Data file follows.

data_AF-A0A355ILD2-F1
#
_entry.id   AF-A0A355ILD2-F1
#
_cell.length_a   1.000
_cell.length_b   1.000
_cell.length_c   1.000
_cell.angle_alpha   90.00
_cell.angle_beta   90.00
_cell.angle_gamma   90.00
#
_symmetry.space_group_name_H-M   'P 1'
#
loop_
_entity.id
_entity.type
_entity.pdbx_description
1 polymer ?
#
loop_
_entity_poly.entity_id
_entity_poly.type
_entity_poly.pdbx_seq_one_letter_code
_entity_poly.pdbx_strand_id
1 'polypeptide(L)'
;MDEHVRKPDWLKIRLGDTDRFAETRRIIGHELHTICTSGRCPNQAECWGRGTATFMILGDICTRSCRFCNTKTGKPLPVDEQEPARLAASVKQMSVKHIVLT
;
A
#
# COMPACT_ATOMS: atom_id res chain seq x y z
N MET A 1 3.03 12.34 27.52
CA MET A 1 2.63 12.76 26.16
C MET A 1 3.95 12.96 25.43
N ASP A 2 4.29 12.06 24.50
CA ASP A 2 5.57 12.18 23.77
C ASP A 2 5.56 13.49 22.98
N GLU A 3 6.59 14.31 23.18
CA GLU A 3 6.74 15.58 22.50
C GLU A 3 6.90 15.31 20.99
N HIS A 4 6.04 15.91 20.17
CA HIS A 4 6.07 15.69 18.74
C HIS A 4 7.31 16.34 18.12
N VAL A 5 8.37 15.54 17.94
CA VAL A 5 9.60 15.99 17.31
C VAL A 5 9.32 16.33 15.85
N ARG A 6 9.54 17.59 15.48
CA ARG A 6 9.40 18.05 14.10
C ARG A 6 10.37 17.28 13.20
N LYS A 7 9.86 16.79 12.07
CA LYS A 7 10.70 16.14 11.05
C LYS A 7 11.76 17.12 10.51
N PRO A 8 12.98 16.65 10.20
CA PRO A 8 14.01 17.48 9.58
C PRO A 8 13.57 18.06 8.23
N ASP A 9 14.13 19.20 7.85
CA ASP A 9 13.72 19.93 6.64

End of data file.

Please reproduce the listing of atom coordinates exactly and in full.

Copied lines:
data_AF-A0A355ILD2-F1
#
_entry.id   AF-A0A355ILD2-F1
#
_cell.length_a   1.000
_cell.length_b   1.000
_cell.length_c   1.000
_cell.angle_alpha   90.00
_cell.angle_beta   90.00
_cell.angle_gamma   90.00
#
_symmetry.space_group_name_H-M   'P 1'
#
loop_
_entity.id
_entity.type
_entity.pdbx_description
1 polymer ?
#
loop_
_entity_poly.entity_id
_entity_poly.type
_entity_poly.pdbx_seq_one_letter_code
_entity_poly.pdbx_strand_id
1 'polypeptide(L)'
;MDEHVRKPDWLKIRLGDTDRFAETRRIIGHELHTICTSGRCPNQAECWGRGTATFMILGDICTRSCRFCNTKTGKPLPVDEQEPARLAASVKQMSVKHIVLT
;
A
#
# COMPACT_ATOMS: atom_id res chain seq x y z
N MET A 1 3.03 12.34 27.52
CA MET A 1 2.63 12.76 26.16
C MET A 1 3.95 12.96 25.43
N ASP A 2 4.29 12.06 24.50
CA ASP A 2 5.57 12.18 23.77
C ASP A 2 5.56 13.49 22.98
N GLU A 3 6.59 14.31 23.18
CA GLU A 3 6.74 15.58 22.50
C GLU A 3 6.90 15.31 20.99
N HIS A 4 6.04 15.91 20.17
CA HIS A 4 6.07 15.69 18.74
C HIS A 4 7.31 16.34 18.12
N VAL A 5 8.37 15.54 17.94
CA VAL A 5 9.60 15.99 17.31
C VAL A 5 9.32 16.33 15.85
N ARG A 6 9.54 17.59 15.48
CA ARG A 6 9.40 18.05 14.10
C ARG A 6 10.37 17.28 13.20
N LYS A 7 9.86 16.79 12.07
CA LYS A 7 10.70 16.14 11.05
C LYS A 7 11.76 17.12 10.51
N PRO A 8 12.98 16.65 10.20
CA PRO A 8 14.01 17.48 9.58
C PRO A 8 13.57 18.06 8.23
N ASP A 9 14.13 19.20 7.85
CA ASP A 9 13.72 19.93 6.64